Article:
Lyme Disease

On June 1, 2020, I woke up to the room spinning, with a headache that made me feel like my head was going to burst at the seams and a brain fog that clouded both my thoughts and memory. I didn’t think too much of it at that exact moment, so I put on my shoes and went for a run thinking I was just dehydrated or had one too many glasses of wine. It wasn’t until I fell and stumbled during this run that I knew something else was wrong.

From this day forward, I began a medical journey that I wouldn’t even wish on my worst enemy. It began with some simple blood tests, which led to some larger tests including Brain MRIs, Spinal Taps, etc. Although there were things along the way that didn’t add up (some atypical Brain MRIs, spinal tap results), it was chalked up to “getting older” and most of my issues were psychosomatic. This comes after being tested for Multiple Sclerosis, Fibromyalgia, Chronic Fatigue Syndrome, ALS, migraines, depression, Lupus, etc.

I’m not gonna lie, there were definitely times over the past 2 years when I started doubting myself and thinking maybe it was all in my head. But things got worse. I started getting so exhausted that a simple task like changing my bedsheets required me to sit down and rest, I tore the plantar fascia in my left foot, weights that I usually lifted became too heavy and I found myself not being able to focus when watching tv or reading a book. Less than 2 years ago, I was running the Chicago Marathon and now I can’t even change my bedsheets without getting tired?

It was thanks to my wonderful massage therapist that I found my current Integrative Functional MD. She’d always ask me about my medical journey and one day she suggested I go see her doctor who found her breast cancer before any other doctor had found it. If anyone knows me, you know I had to try. And that I did.

January 2022. Up until now, none of my doctors ever put all of my symptoms together, but by the grace of God, one finally did. Lyme Disease. Lyme disease is a bacterial infection you get from the bite of an infected tick. Symptoms of the initial infection go beyond the well-known “bullseye” rash and can include fever, headache, chills, fatigue, muscle and joint aches, and swollen lymph nodes. If the infection isn’t treated, symptoms can worsen to severe headaches, arthritis and severe joint pain, dizziness, nerve pain, and memory issues, among others. If caught early, many cases can be treated successfully. But if like me, you don’t know you have it, things can become much worse. 

It all finally made sense. After my diagnosis, I thought through my entire medical history. I realized that I had actually had a lot of symptoms — I just didn’t know they were symptoms. I was sick all the time. I had random injuries and diagnoses. I had joint problems, especially on the left side of my body. I was in my early 30s, too young for my knees and feet to hurt so much.

I finally had a name for the face of the devil I was battling. As relieved as I was to finally have a diagnosis, I was also overwhelmed knowing that this journey will be neither easy nor cheap. Mind you that in the state of Illinois, there are fewer than 20 LLMDs (Lyme Literate Medical Doctors) to begin with. Trying to get in to see one of these doctors is a battle in itself. And then the cherry on top is the fact that insurance companies do not work with or support Lyme treatment. Get this – in order to be seen (in a timely manner) by an LLMD, I had to first commit to a $5,000 membership (per year) fee before being seen. I know what you may be thinking because I thought the same. But if these doctors are spending on average 1-2 hours/patient a day and not receiving any funding from insurance, this is the only way these doctors can practice medicine. I’ve never felt so hopeful and discouraged at the same time.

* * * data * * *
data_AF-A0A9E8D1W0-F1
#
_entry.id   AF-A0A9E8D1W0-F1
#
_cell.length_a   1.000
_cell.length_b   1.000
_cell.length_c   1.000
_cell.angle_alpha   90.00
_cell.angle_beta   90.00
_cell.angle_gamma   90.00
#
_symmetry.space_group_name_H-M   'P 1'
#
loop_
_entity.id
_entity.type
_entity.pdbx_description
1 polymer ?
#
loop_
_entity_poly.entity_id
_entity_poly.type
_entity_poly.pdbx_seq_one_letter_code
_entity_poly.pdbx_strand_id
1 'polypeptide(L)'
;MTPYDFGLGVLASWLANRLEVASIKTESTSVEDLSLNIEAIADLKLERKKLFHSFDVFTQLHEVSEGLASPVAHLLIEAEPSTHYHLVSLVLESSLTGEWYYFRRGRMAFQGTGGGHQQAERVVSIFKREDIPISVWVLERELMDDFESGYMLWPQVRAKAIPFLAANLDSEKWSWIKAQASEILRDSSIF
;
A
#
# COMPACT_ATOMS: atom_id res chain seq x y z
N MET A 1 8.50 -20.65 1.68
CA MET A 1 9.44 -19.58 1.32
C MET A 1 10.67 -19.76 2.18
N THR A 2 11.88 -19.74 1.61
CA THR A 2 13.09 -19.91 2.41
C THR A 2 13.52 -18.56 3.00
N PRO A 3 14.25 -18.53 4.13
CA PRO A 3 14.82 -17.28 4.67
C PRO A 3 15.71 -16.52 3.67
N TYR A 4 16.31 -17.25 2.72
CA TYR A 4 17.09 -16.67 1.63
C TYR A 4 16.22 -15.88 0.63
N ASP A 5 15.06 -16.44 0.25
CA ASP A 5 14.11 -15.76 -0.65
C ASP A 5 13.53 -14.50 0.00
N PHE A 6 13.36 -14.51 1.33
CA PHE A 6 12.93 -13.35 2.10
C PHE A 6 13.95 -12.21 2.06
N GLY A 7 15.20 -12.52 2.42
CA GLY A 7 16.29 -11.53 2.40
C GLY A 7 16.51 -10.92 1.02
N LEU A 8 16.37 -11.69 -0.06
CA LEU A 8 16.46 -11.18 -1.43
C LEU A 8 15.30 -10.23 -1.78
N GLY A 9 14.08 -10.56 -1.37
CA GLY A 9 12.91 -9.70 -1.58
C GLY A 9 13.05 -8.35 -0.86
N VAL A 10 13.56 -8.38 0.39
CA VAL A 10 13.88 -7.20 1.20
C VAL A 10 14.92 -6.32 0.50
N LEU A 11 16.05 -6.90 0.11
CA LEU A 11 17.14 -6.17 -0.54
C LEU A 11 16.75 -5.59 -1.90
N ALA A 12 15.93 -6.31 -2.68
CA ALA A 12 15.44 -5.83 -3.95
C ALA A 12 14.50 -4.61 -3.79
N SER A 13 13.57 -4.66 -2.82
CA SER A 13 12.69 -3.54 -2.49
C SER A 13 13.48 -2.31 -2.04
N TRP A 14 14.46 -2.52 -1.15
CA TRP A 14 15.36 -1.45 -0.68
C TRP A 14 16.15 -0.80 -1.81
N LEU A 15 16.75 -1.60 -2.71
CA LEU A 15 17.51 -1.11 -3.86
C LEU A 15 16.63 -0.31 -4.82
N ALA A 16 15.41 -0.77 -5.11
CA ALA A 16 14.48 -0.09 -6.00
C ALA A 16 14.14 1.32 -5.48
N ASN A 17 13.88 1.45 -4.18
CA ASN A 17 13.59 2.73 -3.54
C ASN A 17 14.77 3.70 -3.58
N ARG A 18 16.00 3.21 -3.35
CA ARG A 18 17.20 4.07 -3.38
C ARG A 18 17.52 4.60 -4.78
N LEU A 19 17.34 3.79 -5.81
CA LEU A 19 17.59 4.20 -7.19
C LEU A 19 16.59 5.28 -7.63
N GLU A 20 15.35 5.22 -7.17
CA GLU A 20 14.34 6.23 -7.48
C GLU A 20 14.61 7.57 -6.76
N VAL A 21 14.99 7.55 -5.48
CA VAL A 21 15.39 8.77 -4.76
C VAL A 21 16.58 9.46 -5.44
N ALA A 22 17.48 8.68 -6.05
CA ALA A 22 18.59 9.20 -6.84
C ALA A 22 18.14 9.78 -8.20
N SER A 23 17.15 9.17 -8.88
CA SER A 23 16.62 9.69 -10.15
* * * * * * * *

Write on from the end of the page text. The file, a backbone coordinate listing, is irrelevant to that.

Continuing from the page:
I can only speak about my first month in treatment. I paid the hefty $5,000 fee and had my first appointment which lasted 4 hours long. 25 vials of blood, 2 urine samples, 1 saliva/DNA sample, 1 prescription antibiotic, 8 supplements later I have already spent $5,500 in my first month of treatment… and this is only the preparatory phase for the more aggressive treatment to come.

The famous proverb, “health is wealth.” This is my new goal. Not another marathon, not another degree, not another house. At this very moment, health is my ultimate goal. Health is our greatest wealth and asset. A healthy body gives me the strength and energy that help me to achieve better results in every aspect of my life. Being able to sleep at night, walk without pain, eat and enjoy food is the main meaning of happiness. My overall health and well-being—emotional, mental, spiritual as well as physical— will always be my number one priority. Without it, nothing else matters.

Caroline Gajzler is the co-founder of Chicks Fighting Ticks.

This microblog post was a featured post in #slowchathealth’s #microblogmonth event. You can search for all of the featured posts here. Please do follow each of the outstanding contributors on social media (including Caroline Gajzler, the author of this post) and consider writing a microblog post of your own to be shared with the global audience of slowchathealth.com

Pair this blog post with the following:

How can we #stopSTIgma? Changing the conversation around sexually transmitted infections (STIs) by Ina Park

(Podcast) Patient Zero: Lyme Disease via NPR

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